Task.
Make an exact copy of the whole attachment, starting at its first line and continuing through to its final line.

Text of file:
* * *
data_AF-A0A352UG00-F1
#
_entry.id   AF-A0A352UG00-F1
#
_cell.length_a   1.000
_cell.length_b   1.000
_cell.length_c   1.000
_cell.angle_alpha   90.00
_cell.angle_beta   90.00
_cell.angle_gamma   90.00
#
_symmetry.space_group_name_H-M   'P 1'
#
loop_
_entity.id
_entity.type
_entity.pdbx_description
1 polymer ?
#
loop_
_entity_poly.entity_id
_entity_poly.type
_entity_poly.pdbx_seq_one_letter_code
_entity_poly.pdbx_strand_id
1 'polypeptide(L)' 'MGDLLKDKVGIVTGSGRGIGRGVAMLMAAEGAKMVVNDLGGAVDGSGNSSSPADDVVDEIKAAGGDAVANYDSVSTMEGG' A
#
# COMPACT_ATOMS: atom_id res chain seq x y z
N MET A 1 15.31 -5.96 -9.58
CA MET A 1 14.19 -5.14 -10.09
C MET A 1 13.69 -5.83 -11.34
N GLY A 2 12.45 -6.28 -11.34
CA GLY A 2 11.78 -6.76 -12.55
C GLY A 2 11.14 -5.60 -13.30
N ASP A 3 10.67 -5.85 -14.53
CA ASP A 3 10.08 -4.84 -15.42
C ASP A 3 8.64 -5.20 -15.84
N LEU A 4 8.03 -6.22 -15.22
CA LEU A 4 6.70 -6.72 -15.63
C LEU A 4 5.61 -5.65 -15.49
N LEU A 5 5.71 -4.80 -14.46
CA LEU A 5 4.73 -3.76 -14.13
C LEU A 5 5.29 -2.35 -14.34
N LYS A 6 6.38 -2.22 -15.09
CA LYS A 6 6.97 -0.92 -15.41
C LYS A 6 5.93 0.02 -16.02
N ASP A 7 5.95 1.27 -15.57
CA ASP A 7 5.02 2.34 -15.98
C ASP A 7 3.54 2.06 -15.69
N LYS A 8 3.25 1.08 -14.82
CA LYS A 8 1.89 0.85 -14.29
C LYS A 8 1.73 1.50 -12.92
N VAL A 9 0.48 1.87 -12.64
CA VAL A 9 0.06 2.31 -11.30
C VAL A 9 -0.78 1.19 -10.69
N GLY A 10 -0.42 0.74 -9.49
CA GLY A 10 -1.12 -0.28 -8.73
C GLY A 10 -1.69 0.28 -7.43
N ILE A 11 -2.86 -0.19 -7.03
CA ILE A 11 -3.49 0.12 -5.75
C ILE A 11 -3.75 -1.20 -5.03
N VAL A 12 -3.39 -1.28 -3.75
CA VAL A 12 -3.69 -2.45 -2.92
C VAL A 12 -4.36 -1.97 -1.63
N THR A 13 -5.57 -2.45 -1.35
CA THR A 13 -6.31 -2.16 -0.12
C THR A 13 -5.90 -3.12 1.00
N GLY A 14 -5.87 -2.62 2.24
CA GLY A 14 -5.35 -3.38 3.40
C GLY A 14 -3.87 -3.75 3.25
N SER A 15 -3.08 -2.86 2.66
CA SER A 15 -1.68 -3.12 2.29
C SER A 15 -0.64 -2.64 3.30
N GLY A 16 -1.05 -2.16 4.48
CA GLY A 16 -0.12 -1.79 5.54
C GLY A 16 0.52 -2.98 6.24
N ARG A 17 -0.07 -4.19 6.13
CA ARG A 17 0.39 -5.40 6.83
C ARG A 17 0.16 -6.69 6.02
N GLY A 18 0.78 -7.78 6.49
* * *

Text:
data_AF-A0A352UG00-F1
#
_entry.id   AF-A0A352UG00-F1
#
_cell.length_a   1.000
_cell.length_b   1.000
_cell.length_c   1.000
_cell.angle_alpha   90.00
_cell.angle_beta   90.00
_cell.angle_gamma   90.00
#
_symmetry.space_group_name_H-M   'P 1'
#
loop_
_entity.id
_entity.type
_entity.pdbx_description
1 polymer ?
#
loop_
_entity_poly.entity_id
_entity_poly.type
_entity_poly.pdbx_seq_one_letter_code
_entity_poly.pdbx_strand_id
1 'polypeptide(L)' 'MGDLLKDKVGIVTGSGRGIGRGVAMLMAAEGAKMVVNDLGGAVDGSGNSSSPADDVVDEIKAAGGDAVANYDSVSTMEGG' A
#
# COMPACT_ATOMS: atom_id res chain seq x y z
N MET A 1 15.31 -5.96 -9.58
CA MET A 1 14.19 -5.14 -10.09
C MET A 1 13.69 -5.83 -11.34
N GLY A 2 12.45 -6.28 -11.34
CA GLY A 2 11.78 -6.76 -12.55
C GLY A 2 11.14 -5.60 -13.30
N ASP A 3 10.67 -5.85 -14.53
CA ASP A 3 10.08 -4.84 -15.42
C ASP A 3 8.64 -5.20 -15.84
N LEU A 4 8.03 -6.22 -15.22
CA LEU A 4 6.70 -6.72 -15.63
C LEU A 4 5.61 -5.65 -15.49
N LEU A 5 5.71 -4.80 -14.46
CA LEU A 5 4.73 -3.76 -14.13
C LEU A 5 5.29 -2.35 -14.34
N LYS A 6 6.38 -2.22 -15.09
CA LYS A 6 6.97 -0.92 -15.41
C LYS A 6 5.93 0.02 -16.02
N ASP A 7 5.95 1.27 -15.57
CA ASP A 7 5.02 2.34 -15.98
C ASP A 7 3.54 2.06 -15.69
N LYS A 8 3.25 1.08 -14.82
CA LYS A 8 1.89 0.85 -14.29
C LYS A 8 1.73 1.50 -12.92
N VAL A 9 0.48 1.87 -12.64
CA VAL A 9 0.06 2.31 -11.30
C VAL A 9 -0.78 1.19 -10.69
N GLY A 10 -0.42 0.74 -9.49
CA GLY A 10 -1.12 -0.28 -8.73
C GLY A 10 -1.69 0.28 -7.43
N ILE A 11 -2.86 -0.19 -7.03
CA ILE A 11 -3.49 0.12 -5.75
C ILE A 11 -3.75 -1.20 -5.03
N VAL A 12 -3.39 -1.28 -3.75
CA VAL A 12 -3.69 -2.45 -2.92
C VAL A 12 -4.36 -1.97 -1.63
N THR A 13 -5.57 -2.45 -1.35
CA THR A 13 -6.31 -2.16 -0.12
C THR A 13 -5.90 -3.12 1.00
N GLY A 14 -5.87 -2.62 2.24
CA GLY A 14 -5.35 -3.38 3.40
C GLY A 14 -3.87 -3.75 3.25
N SER A 15 -3.08 -2.86 2.66
CA SER A 15 -1.68 -3.12 2.29
C SER A 15 -0.64 -2.64 3.30
N GLY A 16 -1.05 -2.16 4.48
CA GLY A 16 -0.12 -1.79 5.54
C GLY A 16 0.52 -2.98 6.24
N ARG A 17 -0.07 -4.19 6.13
CA ARG A 17 0.39 -5.40 6.83
C ARG A 17 0.16 -6.69 6.02
N GLY A 18 0.78 -7.78 6.49